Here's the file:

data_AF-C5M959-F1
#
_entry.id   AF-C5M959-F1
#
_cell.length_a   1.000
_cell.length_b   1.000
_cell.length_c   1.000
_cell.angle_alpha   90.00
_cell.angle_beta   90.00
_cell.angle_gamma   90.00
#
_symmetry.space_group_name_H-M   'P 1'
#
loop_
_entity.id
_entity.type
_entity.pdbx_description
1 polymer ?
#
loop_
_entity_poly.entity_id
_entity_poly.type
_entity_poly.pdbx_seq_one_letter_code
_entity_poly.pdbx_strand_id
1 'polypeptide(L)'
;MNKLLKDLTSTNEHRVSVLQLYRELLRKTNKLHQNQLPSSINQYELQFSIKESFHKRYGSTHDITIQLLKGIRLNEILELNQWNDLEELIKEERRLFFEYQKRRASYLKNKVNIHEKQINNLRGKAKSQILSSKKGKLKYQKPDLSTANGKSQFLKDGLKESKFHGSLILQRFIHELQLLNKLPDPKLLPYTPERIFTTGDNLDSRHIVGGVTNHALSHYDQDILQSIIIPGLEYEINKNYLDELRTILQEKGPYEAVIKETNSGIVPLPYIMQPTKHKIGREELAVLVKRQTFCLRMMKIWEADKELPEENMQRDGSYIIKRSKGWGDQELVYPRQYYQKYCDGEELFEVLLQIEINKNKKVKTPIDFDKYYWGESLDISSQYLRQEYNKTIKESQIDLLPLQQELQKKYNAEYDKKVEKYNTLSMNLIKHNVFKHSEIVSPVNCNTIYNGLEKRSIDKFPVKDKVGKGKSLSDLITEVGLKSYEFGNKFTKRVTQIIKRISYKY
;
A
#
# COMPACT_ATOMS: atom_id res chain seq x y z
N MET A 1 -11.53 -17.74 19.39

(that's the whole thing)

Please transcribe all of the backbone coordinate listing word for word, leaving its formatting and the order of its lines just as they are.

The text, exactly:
data_AF-C5M959-F1
#
_entry.id   AF-C5M959-F1
#
_cell.length_a   1.000
_cell.length_b   1.000
_cell.length_c   1.000
_cell.angle_alpha   90.00
_cell.angle_beta   90.00
_cell.angle_gamma   90.00
#
_symmetry.space_group_name_H-M   'P 1'
#
loop_
_entity.id
_entity.type
_entity.pdbx_description
1 polymer ?
#
loop_
_entity_poly.entity_id
_entity_poly.type
_entity_poly.pdbx_seq_one_letter_code
_entity_poly.pdbx_strand_id
1 'polypeptide(L)'
;MNKLLKDLTSTNEHRVSVLQLYRELLRKTNKLHQNQLPSSINQYELQFSIKESFHKRYGSTHDITIQLLKGIRLNEILELNQWNDLEELIKEERRLFFEYQKRRASYLKNKVNIHEKQINNLRGKAKSQILSSKKGKLKYQKPDLSTANGKSQFLKDGLKESKFHGSLILQRFIHELQLLNKLPDPKLLPYTPERIFTTGDNLDSRHIVGGVTNHALSHYDQDILQSIIIPGLEYEINKNYLDELRTILQEKGPYEAVIKETNSGIVPLPYIMQPTKHKIGREELAVLVKRQTFCLRMMKIWEADKELPEENMQRDGSYIIKRSKGWGDQELVYPRQYYQKYCDGEELFEVLLQIEINKNKKVKTPIDFDKYYWGESLDISSQYLRQEYNKTIKESQIDLLPLQQELQKKYNAEYDKKVEKYNTLSMNLIKHNVFKHSEIVSPVNCNTIYNGLEKRSIDKFPVKDKVGKGKSLSDLITEVGLKSYEFGNKFTKRVTQIIKRISYKY
;
A
#
# COMPACT_ATOMS: atom_id res chain seq x y z
N MET A 1 -11.53 -17.74 19.39